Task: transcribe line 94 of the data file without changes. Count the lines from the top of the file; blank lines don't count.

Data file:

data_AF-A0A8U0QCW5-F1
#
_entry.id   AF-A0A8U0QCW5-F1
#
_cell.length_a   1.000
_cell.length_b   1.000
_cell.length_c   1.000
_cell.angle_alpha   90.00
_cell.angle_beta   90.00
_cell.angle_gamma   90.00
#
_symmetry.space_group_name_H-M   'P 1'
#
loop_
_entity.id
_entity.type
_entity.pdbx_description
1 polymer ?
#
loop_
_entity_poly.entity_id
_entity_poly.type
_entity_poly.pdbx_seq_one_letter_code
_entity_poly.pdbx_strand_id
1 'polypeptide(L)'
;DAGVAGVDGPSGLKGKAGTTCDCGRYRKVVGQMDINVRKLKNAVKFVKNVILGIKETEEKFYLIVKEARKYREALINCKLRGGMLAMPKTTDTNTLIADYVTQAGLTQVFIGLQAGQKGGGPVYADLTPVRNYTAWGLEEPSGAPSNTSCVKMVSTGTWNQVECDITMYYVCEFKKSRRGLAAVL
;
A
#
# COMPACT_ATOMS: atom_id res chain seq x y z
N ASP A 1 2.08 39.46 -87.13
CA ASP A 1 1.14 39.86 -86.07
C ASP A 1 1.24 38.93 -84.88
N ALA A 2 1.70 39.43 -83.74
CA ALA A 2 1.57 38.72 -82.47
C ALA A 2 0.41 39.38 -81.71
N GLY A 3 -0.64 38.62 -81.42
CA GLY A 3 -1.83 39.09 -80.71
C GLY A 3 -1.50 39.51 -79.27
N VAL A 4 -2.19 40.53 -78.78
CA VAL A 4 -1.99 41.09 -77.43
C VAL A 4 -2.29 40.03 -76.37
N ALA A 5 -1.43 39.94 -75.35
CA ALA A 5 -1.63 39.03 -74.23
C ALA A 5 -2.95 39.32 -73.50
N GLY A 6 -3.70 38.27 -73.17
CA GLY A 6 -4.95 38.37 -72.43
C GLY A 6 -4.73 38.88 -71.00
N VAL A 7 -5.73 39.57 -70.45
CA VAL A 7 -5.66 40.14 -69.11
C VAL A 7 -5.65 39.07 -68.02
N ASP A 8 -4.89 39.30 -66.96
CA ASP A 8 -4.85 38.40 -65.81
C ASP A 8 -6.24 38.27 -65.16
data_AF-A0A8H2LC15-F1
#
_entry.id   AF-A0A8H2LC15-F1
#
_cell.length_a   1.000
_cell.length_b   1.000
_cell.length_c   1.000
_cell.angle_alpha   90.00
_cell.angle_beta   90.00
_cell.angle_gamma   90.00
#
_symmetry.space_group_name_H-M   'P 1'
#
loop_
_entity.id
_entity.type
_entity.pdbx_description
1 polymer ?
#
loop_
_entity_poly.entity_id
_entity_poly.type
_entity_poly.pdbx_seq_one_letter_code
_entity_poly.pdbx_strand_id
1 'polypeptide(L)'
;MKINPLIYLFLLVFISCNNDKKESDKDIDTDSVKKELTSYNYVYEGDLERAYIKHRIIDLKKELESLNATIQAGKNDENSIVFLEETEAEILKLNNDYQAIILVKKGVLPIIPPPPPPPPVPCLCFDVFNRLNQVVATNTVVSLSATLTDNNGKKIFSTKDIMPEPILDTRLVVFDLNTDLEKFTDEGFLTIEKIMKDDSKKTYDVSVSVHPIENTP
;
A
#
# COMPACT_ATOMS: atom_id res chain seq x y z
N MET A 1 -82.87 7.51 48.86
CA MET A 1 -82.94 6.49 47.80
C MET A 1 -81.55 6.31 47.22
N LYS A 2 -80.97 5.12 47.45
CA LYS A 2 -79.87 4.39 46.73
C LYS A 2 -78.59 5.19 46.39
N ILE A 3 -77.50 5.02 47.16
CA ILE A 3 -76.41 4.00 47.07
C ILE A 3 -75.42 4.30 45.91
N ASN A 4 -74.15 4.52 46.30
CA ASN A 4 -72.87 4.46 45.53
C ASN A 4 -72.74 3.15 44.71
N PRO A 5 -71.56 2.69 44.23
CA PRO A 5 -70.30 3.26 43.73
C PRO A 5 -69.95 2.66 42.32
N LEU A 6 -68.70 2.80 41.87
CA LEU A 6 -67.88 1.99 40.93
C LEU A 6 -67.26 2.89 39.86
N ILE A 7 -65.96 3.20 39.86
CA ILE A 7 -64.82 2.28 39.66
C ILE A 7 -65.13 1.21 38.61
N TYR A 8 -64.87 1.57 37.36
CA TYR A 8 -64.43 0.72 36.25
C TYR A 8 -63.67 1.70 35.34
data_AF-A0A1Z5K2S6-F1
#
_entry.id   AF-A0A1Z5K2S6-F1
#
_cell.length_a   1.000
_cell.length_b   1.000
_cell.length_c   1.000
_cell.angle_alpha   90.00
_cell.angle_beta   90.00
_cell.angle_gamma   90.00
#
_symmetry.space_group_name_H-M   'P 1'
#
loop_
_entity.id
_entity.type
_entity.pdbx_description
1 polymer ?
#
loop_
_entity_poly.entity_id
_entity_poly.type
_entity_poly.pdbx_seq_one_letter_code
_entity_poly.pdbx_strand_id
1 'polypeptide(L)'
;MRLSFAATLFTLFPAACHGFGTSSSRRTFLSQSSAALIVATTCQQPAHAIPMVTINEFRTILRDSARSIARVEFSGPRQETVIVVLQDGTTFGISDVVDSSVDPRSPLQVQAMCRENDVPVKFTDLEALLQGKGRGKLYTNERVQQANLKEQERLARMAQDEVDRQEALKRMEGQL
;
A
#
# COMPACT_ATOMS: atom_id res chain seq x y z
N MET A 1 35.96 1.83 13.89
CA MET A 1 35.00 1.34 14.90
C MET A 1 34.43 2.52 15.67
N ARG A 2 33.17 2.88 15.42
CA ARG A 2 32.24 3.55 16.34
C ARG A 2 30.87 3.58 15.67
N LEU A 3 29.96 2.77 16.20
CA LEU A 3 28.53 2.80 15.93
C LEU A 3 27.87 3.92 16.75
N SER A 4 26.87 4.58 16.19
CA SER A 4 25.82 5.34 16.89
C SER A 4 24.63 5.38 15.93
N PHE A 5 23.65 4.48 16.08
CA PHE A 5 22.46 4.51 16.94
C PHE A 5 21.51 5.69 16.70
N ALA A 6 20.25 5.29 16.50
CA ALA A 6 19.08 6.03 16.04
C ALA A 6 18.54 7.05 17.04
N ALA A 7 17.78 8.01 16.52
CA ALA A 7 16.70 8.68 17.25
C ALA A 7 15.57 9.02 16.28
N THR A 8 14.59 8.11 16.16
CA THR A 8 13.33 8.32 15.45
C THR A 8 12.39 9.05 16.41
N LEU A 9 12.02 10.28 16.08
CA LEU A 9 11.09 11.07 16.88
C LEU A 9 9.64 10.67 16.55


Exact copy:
N ASN A 4 -74.15 4.52 46.30